The Definitive Guide to Chemical Reaction Engineering Problem-Solving -- With Updated Content and More Active Learning For decades, H. Scott Fogler's Elements of Chemical Reaction Engineering has been the world's dominant chemical reaction engineering text. This Sixth Edition and integrated Web site deliver a more compelling active learning experience than ever before. Using sliders and interactive examples in Wolfram, Python, POLYMATH, and MATLAB, students can explore reactions and reactors by running realistic simulation experiments. Writing for today's students, Fogler provides instant access to information, avoids extraneous details, and presents novel problems linking theory to practice. Faculty can flexibly define their courses, drawing on updated chapters, problems, and extensive Professional Reference Shelf web content at diverse levels of difficulty. The book thoroughly prepares undergraduates to apply chemical reaction kinetics and physics to the design of chemical reactors. And four advanced chapters address graduate-level topics, including effectiveness factors. To support the field's growing emphasis on chemical reactor safety, each chapter now ends with a practical safety lesson. Updates throughout the book reflect current theory and practice and emphasize safetyNew discussions of molecular simulations and stochastic modelingIncreased emphasis on alternative energy sources such as solar and biofuelsThorough reworking of three chapters on heat effectsFull chapters on nonideal reactors, diffusion limitations, and residence time distribution About the Companion Web Site (umich.edu/~elements/6e/index.html) Complete PowerPoint slides for lecture notes for chemical reaction engineering classesLinks to additional software, including POLYMATHTM, MATLABTM, Wolfram MathematicaTM, AspenTechTM, and COMSOLTMInteractive learning resources linked to each chapter, including Learning Objectives, Summary Notes, Web Modules, Interactive Computer Games, Solved Problems, FAQs, additional homework problems, and links to LearnchemeLiving Example Problems -- unique to this book -- that provide more than 80 interactive simulations, allowing students to explore the examples and ask "what-if" questionsProfessional Reference Shelf, which includes advanced content on reactors, weighted least squares, experimental planning, laboratory reactors, pharmacokinetics, wire gauze reactors, trickle bed reactors, fluidized bed reactors, CVD boat reactors, detailed explanations of key derivations, and moreProblem-solving strategies and insights on creative and critical thinking Register your book for convenient access to downloads, updates, and/or corrections as they become available. See inside book for details.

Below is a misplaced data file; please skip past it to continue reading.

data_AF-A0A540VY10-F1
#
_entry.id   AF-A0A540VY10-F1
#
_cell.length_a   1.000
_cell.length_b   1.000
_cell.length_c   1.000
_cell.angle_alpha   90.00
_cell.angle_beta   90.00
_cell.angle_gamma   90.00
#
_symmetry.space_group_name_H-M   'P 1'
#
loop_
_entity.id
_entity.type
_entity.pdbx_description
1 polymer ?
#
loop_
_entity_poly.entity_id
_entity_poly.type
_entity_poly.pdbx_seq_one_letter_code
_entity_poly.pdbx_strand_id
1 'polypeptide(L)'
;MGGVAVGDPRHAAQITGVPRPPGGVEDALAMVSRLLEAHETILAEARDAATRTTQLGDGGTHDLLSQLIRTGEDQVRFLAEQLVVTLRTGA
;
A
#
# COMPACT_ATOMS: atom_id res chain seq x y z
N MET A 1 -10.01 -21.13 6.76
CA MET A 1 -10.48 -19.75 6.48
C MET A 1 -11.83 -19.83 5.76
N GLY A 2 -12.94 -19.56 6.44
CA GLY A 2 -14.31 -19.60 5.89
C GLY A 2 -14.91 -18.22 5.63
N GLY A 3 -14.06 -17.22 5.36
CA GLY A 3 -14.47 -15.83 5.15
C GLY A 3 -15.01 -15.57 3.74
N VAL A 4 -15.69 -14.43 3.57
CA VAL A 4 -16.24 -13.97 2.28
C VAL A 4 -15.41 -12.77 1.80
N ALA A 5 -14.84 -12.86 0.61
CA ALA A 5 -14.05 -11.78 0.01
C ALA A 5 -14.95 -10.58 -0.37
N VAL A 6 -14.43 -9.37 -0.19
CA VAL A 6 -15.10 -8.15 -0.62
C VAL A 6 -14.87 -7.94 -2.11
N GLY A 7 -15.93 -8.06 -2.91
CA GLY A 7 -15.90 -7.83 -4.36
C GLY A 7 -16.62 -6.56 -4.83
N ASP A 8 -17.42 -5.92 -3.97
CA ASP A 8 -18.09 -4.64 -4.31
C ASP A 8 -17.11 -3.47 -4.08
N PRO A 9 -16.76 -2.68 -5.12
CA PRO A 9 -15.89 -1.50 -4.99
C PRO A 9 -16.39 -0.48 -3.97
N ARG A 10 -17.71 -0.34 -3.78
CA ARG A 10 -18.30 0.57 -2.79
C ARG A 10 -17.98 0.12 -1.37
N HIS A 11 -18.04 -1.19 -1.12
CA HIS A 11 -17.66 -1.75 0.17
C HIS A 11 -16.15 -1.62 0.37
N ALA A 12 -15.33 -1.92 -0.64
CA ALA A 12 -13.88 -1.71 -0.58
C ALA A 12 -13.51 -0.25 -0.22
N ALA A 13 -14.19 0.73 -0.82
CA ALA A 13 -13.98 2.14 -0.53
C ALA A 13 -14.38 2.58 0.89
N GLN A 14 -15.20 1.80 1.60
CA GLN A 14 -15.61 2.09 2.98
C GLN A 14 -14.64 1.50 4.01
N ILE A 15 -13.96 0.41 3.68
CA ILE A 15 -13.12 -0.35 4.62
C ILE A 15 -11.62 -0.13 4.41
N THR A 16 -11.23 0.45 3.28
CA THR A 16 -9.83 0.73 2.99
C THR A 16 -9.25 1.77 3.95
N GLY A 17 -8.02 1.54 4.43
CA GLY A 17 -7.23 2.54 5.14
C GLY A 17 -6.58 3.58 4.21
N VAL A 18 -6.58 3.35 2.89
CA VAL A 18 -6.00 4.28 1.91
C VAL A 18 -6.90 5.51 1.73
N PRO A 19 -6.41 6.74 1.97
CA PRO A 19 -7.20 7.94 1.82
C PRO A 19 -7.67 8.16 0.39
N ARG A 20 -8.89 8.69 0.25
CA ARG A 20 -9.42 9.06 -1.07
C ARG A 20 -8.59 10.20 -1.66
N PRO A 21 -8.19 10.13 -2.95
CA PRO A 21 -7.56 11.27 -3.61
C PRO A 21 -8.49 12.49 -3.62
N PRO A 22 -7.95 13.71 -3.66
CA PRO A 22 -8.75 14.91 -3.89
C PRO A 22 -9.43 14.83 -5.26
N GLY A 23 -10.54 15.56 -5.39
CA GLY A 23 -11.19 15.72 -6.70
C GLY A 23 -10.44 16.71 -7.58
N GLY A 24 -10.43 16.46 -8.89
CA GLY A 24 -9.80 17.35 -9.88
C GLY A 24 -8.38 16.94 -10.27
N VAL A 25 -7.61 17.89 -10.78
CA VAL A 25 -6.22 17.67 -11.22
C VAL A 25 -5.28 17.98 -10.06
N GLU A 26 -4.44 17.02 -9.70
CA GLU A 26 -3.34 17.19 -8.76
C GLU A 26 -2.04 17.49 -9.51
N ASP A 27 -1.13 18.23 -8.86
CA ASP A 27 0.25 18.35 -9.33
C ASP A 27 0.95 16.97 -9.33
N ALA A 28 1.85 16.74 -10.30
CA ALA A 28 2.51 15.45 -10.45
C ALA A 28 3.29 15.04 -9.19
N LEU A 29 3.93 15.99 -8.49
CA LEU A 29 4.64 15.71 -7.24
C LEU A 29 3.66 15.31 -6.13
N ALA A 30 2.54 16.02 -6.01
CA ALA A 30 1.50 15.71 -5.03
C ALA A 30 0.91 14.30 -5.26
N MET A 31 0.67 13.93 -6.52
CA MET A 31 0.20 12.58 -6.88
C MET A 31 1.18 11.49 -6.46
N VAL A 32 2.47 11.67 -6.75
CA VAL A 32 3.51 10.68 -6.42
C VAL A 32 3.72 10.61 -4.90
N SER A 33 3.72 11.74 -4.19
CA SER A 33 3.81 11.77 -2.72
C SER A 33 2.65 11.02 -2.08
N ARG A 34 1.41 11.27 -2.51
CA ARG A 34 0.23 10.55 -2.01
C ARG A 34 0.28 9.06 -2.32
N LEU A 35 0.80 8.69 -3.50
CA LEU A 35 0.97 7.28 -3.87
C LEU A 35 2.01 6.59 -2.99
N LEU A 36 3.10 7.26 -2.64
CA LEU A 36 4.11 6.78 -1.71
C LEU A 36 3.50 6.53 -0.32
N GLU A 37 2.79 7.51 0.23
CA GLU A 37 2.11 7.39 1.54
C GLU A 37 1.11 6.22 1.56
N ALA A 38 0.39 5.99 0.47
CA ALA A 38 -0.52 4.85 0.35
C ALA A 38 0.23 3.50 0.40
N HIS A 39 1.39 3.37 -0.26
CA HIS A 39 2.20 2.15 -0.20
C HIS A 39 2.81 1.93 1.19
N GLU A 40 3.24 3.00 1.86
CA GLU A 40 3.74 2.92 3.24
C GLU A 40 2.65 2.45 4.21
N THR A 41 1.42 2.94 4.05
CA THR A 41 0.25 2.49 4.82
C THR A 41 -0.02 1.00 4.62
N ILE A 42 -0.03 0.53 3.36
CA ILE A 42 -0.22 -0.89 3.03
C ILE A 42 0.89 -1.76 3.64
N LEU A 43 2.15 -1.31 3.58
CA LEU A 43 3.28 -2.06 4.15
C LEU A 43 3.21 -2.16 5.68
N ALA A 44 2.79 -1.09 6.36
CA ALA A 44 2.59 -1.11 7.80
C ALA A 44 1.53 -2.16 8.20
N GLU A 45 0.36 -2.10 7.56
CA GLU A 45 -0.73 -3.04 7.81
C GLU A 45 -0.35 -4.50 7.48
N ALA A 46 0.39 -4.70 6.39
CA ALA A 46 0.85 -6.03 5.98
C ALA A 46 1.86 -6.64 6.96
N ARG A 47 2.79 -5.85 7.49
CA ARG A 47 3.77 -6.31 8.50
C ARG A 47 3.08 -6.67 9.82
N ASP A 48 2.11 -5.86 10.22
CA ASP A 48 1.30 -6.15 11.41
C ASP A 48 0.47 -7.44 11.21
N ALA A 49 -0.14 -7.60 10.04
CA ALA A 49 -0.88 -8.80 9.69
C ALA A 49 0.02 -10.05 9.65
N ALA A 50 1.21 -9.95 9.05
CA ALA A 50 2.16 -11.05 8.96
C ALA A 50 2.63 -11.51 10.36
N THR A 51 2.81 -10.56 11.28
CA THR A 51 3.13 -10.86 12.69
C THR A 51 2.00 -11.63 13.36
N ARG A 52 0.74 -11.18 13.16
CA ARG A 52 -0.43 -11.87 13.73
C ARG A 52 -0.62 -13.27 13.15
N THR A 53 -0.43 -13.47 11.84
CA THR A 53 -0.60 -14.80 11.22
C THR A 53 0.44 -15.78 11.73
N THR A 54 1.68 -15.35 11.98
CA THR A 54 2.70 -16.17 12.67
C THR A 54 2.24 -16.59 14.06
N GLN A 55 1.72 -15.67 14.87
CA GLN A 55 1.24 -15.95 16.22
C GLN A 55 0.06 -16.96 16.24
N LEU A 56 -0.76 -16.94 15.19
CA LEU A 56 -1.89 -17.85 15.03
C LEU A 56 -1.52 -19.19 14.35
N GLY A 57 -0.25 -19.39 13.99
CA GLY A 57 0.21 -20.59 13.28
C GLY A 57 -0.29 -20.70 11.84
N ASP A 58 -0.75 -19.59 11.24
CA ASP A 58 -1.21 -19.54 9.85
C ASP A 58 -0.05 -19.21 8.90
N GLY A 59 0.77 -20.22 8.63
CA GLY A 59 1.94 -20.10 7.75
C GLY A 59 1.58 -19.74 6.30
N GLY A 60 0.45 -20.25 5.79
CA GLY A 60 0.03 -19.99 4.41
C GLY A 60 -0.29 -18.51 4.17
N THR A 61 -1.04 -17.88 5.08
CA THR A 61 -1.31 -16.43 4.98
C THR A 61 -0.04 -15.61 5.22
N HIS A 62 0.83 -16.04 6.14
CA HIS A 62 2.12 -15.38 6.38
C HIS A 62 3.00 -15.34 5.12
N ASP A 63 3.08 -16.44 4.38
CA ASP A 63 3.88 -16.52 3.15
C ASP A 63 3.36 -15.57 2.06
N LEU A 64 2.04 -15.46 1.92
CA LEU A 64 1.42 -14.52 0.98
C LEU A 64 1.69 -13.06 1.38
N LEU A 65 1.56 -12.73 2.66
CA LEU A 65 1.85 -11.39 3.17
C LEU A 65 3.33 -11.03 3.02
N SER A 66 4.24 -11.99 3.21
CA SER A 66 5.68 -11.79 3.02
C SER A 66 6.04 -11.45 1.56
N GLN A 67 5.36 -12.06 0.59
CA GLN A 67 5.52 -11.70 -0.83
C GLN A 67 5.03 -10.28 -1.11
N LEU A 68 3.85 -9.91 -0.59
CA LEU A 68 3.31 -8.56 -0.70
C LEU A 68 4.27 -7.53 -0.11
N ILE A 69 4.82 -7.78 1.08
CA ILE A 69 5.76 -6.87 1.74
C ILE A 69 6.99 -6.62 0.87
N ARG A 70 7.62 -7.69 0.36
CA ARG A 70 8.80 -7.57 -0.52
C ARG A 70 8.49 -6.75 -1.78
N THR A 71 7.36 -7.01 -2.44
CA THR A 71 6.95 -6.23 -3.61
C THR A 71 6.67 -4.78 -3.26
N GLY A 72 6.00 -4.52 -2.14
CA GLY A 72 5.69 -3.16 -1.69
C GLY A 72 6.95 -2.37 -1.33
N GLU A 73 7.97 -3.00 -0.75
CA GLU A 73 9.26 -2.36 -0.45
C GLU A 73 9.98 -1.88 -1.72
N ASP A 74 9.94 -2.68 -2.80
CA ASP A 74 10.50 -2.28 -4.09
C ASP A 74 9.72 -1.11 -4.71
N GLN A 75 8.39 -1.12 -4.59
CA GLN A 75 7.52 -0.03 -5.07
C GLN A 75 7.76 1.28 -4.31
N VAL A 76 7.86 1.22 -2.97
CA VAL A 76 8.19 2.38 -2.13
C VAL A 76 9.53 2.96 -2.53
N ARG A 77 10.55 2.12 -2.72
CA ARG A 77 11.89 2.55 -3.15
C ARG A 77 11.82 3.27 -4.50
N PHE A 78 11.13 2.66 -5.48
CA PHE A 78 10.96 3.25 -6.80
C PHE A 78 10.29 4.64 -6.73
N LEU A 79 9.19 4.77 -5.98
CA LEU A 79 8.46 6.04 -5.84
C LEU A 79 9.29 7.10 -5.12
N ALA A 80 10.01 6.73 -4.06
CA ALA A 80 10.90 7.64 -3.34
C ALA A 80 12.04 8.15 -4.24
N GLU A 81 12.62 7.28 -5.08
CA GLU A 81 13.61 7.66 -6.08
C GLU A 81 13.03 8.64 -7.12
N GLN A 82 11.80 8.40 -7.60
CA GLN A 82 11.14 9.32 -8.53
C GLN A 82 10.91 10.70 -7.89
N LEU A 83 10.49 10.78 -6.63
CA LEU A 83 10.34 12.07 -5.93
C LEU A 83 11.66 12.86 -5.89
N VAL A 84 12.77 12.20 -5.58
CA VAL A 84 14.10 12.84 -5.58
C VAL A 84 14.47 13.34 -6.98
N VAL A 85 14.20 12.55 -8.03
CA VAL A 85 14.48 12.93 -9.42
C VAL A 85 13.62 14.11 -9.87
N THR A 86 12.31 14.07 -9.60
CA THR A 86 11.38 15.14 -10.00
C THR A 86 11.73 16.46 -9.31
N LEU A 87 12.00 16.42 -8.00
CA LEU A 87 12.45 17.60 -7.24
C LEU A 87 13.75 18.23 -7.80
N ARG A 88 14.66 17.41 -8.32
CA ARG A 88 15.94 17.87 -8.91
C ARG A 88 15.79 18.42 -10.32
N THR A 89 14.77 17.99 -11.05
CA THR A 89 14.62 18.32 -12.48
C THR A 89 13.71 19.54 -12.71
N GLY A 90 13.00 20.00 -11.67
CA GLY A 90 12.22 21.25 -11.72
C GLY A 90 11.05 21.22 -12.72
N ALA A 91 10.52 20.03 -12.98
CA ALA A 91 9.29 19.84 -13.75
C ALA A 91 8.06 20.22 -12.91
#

Les mer